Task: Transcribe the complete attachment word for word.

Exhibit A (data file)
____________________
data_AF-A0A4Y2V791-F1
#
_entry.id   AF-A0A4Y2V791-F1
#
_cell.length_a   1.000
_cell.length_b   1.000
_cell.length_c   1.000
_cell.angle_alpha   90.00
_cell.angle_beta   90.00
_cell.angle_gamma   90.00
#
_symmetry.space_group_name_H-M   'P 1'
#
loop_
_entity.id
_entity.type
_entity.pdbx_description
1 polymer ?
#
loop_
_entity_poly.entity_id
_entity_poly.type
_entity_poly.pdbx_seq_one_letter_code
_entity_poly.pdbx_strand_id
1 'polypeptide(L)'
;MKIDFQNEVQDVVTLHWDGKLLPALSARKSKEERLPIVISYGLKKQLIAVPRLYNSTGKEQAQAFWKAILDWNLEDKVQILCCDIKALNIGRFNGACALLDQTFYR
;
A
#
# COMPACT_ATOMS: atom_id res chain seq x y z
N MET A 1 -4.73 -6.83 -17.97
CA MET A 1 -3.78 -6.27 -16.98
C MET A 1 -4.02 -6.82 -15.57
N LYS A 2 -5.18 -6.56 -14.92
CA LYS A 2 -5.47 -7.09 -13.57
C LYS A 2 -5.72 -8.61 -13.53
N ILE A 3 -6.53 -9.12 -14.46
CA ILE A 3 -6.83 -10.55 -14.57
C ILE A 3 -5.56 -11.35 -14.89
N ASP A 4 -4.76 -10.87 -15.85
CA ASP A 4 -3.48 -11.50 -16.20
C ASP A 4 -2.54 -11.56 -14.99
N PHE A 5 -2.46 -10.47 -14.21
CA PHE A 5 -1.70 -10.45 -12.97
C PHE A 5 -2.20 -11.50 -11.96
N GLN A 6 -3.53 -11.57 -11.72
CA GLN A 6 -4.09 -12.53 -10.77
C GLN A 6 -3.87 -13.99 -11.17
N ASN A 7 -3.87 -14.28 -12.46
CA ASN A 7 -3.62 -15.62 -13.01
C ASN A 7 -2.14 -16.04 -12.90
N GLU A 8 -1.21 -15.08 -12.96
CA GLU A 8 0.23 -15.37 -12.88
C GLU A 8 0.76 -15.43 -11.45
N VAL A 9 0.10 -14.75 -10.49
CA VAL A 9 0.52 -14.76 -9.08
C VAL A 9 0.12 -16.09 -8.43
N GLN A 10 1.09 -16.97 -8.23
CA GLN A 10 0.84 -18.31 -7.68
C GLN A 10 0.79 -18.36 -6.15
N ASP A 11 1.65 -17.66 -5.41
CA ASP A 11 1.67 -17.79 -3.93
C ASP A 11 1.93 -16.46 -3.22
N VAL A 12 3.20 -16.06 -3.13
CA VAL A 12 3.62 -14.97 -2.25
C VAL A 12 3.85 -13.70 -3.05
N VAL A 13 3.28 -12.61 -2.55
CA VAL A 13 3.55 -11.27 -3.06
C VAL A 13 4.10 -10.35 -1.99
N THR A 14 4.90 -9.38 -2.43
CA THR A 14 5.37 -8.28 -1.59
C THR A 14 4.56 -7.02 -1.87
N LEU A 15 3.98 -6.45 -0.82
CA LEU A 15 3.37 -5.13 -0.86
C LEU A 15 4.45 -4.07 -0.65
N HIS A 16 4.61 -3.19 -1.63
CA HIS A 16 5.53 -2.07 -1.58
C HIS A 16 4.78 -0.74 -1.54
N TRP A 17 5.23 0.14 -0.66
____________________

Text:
data_AF-A0A4Y2V791-F1
#
_entry.id   AF-A0A4Y2V791-F1
#
_cell.length_a   1.000
_cell.length_b   1.000
_cell.length_c   1.000
_cell.angle_alpha   90.00
_cell.angle_beta   90.00
_cell.angle_gamma   90.00
#
_symmetry.space_group_name_H-M   'P 1'
#
loop_
_entity.id
_entity.type
_entity.pdbx_description
1 polymer ?
#
loop_
_entity_poly.entity_id
_entity_poly.type
_entity_poly.pdbx_seq_one_letter_code
_entity_poly.pdbx_strand_id
1 'polypeptide(L)'
;MKIDFQNEVQDVVTLHWDGKLLPALSARKSKEERLPIVISYGLKKQLIAVPRLYNSTGKEQAQAFWKAILDWNLEDKVQILCCDIKALNIGRFNGACALLDQTFYR
;
A
#
# COMPACT_ATOMS: atom_id res chain seq x y z
N MET A 1 -4.73 -6.83 -17.97
CA MET A 1 -3.78 -6.27 -16.98
C MET A 1 -4.02 -6.82 -15.57
N LYS A 2 -5.18 -6.56 -14.92
CA LYS A 2 -5.47 -7.09 -13.57
C LYS A 2 -5.72 -8.61 -13.53
N ILE A 3 -6.53 -9.12 -14.46
CA ILE A 3 -6.83 -10.55 -14.57
C ILE A 3 -5.56 -11.35 -14.89
N ASP A 4 -4.76 -10.87 -15.85
CA ASP A 4 -3.48 -11.50 -16.20
C ASP A 4 -2.54 -11.56 -14.99
N PHE A 5 -2.46 -10.47 -14.21
CA PHE A 5 -1.70 -10.45 -12.97
C PHE A 5 -2.20 -11.50 -11.96
N GLN A 6 -3.53 -11.57 -11.72
CA GLN A 6 -4.09 -12.53 -10.77
C GLN A 6 -3.87 -13.99 -11.17
N ASN A 7 -3.87 -14.28 -12.46
CA ASN A 7 -3.62 -15.62 -13.01
C ASN A 7 -2.14 -16.04 -12.90
N GLU A 8 -1.21 -15.08 -12.96
CA GLU A 8 0.23 -15.37 -12.88
C GLU A 8 0.76 -15.43 -11.45
N VAL A 9 0.10 -14.75 -10.49
CA VAL A 9 0.52 -14.76 -9.08
C VAL A 9 0.12 -16.09 -8.43
N GLN A 10 1.09 -16.97 -8.23
CA GLN A 10 0.84 -18.31 -7.68
C GLN A 10 0.79 -18.36 -6.15
N ASP A 11 1.65 -17.66 -5.41
CA ASP A 11 1.67 -17.79 -3.93
C ASP A 11 1.93 -16.46 -3.22
N VAL A 12 3.20 -16.06 -3.13
CA VAL A 12 3.62 -14.97 -2.25
C VAL A 12 3.85 -13.70 -3.05
N VAL A 13 3.28 -12.61 -2.55
CA VAL A 13 3.55 -11.27 -3.06
C VAL A 13 4.10 -10.35 -1.99
N THR A 14 4.90 -9.38 -2.43
CA THR A 14 5.37 -8.28 -1.59
C THR A 14 4.56 -7.02 -1.87
N LEU A 15 3.98 -6.45 -0.82
CA LEU A 15 3.37 -5.13 -0.86
C LEU A 15 4.45 -4.07 -0.65
N HIS A 16 4.61 -3.19 -1.63
CA HIS A 16 5.53 -2.07 -1.58
C HIS A 16 4.78 -0.74 -1.54
N TRP A 17 5.23 0.14 -0.66